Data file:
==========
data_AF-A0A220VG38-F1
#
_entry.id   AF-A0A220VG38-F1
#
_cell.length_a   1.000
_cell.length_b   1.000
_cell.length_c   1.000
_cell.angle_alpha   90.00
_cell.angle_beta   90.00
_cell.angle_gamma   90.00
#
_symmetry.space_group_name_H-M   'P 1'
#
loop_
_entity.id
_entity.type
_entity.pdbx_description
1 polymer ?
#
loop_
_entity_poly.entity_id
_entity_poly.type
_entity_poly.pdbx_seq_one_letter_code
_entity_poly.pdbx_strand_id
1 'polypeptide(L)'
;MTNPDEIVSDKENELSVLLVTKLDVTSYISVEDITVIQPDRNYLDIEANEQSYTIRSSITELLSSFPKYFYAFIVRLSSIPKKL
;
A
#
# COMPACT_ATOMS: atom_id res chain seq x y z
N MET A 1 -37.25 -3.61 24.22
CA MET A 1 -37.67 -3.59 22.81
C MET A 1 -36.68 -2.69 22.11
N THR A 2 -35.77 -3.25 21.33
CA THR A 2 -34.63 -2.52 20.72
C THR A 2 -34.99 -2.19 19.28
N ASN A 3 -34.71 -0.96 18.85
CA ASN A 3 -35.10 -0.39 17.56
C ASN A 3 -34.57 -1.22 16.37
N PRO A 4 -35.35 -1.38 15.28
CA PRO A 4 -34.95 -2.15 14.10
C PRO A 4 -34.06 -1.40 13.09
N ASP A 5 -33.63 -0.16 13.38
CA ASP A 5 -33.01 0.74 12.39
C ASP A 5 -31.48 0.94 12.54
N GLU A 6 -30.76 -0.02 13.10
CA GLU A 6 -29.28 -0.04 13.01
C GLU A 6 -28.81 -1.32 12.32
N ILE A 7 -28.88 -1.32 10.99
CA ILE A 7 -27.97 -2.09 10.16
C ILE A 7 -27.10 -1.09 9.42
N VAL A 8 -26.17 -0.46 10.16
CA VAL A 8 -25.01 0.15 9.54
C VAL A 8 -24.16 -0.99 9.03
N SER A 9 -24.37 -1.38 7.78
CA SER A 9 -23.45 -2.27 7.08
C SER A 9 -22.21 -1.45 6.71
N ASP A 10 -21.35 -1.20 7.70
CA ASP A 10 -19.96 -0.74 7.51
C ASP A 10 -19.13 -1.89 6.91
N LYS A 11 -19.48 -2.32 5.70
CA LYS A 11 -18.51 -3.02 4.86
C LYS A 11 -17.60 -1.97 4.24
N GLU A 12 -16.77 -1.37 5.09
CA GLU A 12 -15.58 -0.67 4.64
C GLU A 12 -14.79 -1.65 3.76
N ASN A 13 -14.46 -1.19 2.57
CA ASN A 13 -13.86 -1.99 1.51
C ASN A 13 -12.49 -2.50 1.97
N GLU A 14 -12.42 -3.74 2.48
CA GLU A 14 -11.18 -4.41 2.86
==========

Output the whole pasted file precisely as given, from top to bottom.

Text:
data_AF-A0A220VG38-F1
#
_entry.id   AF-A0A220VG38-F1
#
_cell.length_a   1.000
_cell.length_b   1.000
_cell.length_c   1.000
_cell.angle_alpha   90.00
_cell.angle_beta   90.00
_cell.angle_gamma   90.00
#
_symmetry.space_group_name_H-M   'P 1'
#
loop_
_entity.id
_entity.type
_entity.pdbx_description
1 polymer ?
#
loop_
_entity_poly.entity_id
_entity_poly.type
_entity_poly.pdbx_seq_one_letter_code
_entity_poly.pdbx_strand_id
1 'polypeptide(L)'
;MTNPDEIVSDKENELSVLLVTKLDVTSYISVEDITVIQPDRNYLDIEANEQSYTIRSSITELLSSFPKYFYAFIVRLSSIPKKL
;
A
#
# COMPACT_ATOMS: atom_id res chain seq x y z
N MET A 1 -37.25 -3.61 24.22
CA MET A 1 -37.67 -3.59 22.81
C MET A 1 -36.68 -2.69 22.11
N THR A 2 -35.77 -3.25 21.33
CA THR A 2 -34.63 -2.52 20.72
C THR A 2 -34.99 -2.19 19.28
N ASN A 3 -34.71 -0.96 18.85
CA ASN A 3 -35.10 -0.39 17.56
C ASN A 3 -34.57 -1.22 16.37
N PRO A 4 -35.35 -1.38 15.28
CA PRO A 4 -34.95 -2.15 14.10
C PRO A 4 -34.06 -1.40 13.09
N ASP A 5 -33.63 -0.16 13.38
CA ASP A 5 -33.01 0.74 12.39
C ASP A 5 -31.48 0.94 12.54
N GLU A 6 -30.76 -0.02 13.10
CA GLU A 6 -29.28 -0.04 13.01
C GLU A 6 -28.81 -1.32 12.32
N ILE A 7 -28.88 -1.32 10.99
CA ILE A 7 -27.97 -2.09 10.16
C ILE A 7 -27.10 -1.09 9.42
N VAL A 8 -26.17 -0.46 10.16
CA VAL A 8 -25.01 0.15 9.54
C VAL A 8 -24.16 -0.99 9.03
N SER A 9 -24.37 -1.38 7.78
CA SER A 9 -23.45 -2.27 7.08
C SER A 9 -22.21 -1.45 6.71
N ASP A 10 -21.35 -1.20 7.70
CA ASP A 10 -19.96 -0.74 7.51
C ASP A 10 -19.13 -1.89 6.91
N LYS A 11 -19.48 -2.32 5.70
CA LYS A 11 -18.51 -3.02 4.86
C LYS A 11 -17.60 -1.97 4.24
N GLU A 12 -16.77 -1.37 5.09
CA GLU A 12 -15.58 -0.67 4.64
C GLU A 12 -14.79 -1.65 3.76
N ASN A 13 -14.46 -1.19 2.57
CA ASN A 13 -13.86 -1.99 1.51
C ASN A 13 -12.49 -2.50 1.97
N GLU A 14 -12.42 -3.74 2.48
CA GLU A 14 -11.18 -4.41 2.86